x = -100:100;
y = x.^3;
xt = x;
xt(xt>0) = log10(1+xt(xt>0));
xt(xt<0) = -log10(1-xt(xt<0));
figure;
ax = axes;
plot(xt,y);
set(ax, 'XTick', [-2 -1 0 1 2], ...
    'XTickLabel', {'-100', '-10', '0', '10', '100'});

0 Comments

Richard
Answer by Camil Hamel on 23 Feb 2011
The figure I have now
         x      |
            x   |
          x     |
        x       |
                |       x                  
                |    x    
                |      x
                |        x
        |    |  |   |    |
       -8   -2  0   2    8
meaning
  10^-8  10^-2  0  -10^-2   -10^-8
  positive data |negative data
  __________________________
  The figure I would like to have
               | x
               |   x
               |  x
               |x
              x|                  
            x  |  
          x    |
            x  |           
         |   | | |  |
         2   8  -8 -2
meaning
-10^-2 -10^-8  0 10^-8   10^-2
  negative data|positive data

Thank you for the answers. I did as Matt said giving the first figure.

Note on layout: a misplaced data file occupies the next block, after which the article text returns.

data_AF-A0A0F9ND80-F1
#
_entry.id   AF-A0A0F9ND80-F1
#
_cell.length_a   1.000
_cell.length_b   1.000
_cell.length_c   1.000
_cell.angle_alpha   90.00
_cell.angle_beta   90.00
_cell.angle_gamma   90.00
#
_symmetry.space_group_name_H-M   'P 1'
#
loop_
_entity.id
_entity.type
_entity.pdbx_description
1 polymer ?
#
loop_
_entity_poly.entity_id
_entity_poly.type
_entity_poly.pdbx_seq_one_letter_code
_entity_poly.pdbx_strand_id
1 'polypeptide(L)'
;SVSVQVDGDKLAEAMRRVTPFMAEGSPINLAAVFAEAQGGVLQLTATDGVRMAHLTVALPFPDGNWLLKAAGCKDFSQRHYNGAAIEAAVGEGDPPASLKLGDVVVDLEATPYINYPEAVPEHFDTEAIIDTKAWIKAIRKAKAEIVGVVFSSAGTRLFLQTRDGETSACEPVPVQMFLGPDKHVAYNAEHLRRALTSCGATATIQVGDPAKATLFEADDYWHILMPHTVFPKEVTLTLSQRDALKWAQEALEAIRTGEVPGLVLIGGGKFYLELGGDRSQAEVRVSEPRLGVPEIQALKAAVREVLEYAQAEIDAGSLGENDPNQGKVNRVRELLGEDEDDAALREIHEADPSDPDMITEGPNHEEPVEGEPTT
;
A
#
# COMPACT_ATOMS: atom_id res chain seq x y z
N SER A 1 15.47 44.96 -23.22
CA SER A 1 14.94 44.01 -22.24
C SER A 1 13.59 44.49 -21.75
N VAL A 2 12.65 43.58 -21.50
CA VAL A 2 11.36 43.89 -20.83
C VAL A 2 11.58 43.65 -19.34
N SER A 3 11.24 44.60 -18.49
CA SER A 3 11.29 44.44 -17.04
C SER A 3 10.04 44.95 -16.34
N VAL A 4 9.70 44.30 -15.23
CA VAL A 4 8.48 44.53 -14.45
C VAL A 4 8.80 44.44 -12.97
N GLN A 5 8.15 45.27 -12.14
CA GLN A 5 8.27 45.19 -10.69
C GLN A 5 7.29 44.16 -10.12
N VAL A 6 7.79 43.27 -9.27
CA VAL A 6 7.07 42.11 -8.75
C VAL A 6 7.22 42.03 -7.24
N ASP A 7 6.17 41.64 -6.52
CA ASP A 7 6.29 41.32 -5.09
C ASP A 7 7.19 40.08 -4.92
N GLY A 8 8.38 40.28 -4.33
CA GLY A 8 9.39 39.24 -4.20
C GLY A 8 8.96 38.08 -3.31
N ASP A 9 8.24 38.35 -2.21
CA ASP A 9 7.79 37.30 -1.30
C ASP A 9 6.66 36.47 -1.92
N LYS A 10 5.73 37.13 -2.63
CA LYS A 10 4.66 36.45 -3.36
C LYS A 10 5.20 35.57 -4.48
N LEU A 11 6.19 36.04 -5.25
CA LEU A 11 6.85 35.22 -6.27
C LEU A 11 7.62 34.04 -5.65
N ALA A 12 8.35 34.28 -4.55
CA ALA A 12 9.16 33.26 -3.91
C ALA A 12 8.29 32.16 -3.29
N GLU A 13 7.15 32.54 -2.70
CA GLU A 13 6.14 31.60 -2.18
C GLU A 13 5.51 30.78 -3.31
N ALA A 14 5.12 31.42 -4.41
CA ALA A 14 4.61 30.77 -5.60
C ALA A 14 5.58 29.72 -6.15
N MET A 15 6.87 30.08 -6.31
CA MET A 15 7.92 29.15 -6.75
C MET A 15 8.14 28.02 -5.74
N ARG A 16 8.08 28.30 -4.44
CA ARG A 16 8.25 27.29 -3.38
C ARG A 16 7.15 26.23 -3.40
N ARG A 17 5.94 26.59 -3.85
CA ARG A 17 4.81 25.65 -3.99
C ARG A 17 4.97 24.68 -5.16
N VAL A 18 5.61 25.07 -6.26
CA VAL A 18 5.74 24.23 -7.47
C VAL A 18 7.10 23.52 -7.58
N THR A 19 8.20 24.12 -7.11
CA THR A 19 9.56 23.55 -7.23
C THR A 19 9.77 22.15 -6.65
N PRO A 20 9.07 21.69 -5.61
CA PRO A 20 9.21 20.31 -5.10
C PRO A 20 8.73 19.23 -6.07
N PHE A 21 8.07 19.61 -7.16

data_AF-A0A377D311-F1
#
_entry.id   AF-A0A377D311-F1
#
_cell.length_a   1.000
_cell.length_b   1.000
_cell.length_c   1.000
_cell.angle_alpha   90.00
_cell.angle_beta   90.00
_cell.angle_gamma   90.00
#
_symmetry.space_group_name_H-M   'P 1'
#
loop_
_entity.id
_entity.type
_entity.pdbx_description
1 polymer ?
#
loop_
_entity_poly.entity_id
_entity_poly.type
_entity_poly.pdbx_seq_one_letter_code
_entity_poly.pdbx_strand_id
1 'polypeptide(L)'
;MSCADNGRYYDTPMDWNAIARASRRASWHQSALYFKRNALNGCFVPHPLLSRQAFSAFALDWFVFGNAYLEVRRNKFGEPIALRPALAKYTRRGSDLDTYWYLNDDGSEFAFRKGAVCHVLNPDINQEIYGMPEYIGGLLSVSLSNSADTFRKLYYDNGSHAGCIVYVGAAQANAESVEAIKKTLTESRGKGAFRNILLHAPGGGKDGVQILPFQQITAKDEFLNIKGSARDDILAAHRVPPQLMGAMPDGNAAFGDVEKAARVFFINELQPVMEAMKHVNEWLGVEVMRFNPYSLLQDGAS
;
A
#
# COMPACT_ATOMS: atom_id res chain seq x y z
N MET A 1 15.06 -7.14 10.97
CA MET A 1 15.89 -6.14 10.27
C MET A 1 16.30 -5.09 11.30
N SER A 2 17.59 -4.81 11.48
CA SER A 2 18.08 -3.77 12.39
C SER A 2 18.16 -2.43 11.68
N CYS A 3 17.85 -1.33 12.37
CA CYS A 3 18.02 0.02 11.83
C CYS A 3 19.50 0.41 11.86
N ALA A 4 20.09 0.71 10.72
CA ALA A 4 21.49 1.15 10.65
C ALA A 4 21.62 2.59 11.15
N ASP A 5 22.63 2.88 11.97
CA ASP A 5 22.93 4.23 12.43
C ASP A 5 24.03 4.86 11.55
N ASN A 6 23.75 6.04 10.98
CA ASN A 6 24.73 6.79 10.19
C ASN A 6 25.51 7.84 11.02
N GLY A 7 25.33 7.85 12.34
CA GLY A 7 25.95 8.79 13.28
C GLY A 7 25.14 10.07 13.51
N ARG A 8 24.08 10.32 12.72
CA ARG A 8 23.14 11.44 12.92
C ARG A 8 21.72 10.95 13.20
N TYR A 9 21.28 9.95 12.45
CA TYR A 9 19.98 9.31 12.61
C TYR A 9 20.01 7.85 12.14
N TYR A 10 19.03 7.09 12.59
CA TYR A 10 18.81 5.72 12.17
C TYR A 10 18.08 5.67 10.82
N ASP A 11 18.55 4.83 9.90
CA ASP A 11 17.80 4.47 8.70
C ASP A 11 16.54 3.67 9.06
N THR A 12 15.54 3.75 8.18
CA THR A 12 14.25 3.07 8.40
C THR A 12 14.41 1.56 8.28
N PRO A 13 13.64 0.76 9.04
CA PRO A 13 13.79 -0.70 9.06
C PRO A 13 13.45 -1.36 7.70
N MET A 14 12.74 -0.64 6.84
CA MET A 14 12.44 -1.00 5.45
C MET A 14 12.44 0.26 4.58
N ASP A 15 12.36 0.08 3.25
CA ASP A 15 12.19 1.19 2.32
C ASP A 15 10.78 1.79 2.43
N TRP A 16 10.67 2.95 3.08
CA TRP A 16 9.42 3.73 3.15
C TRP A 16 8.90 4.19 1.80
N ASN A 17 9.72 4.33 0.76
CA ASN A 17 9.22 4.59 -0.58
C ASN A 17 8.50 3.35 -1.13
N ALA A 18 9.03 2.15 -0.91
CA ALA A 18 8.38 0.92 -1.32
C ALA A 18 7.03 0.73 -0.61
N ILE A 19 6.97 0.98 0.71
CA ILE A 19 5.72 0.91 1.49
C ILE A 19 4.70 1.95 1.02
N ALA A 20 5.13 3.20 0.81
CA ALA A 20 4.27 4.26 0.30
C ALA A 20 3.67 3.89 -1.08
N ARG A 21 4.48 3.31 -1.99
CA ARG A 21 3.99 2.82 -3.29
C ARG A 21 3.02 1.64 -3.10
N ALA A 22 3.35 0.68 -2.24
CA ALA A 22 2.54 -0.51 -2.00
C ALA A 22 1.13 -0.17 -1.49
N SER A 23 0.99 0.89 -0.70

I hope you understand the figure I made with my attempt at drawing.

All my data in between -10^-8 , -10^-2 and 10^-2 , 10^-8. So I have to kind of get the value of the zero outside and having my maximum value (10^-8) in the centre of the figure. After that I could change the xticklabel as I want it.

I want to get a figure looking like the second one. Would that be possible and how?

Thank you very much

0 Comments

Camil Hamel
Answer by Kilbock Lee on 11 Nov 2013

I think my way is easier using logical operation true false.

Assuming the matrix is P(x,y),

LogP=((P > 0).*log10(P))+(-(P<0).*log10(-P))

and then, plot LogP

First term converts positive values into log scale and Second term does the negative values

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Kilbock Lee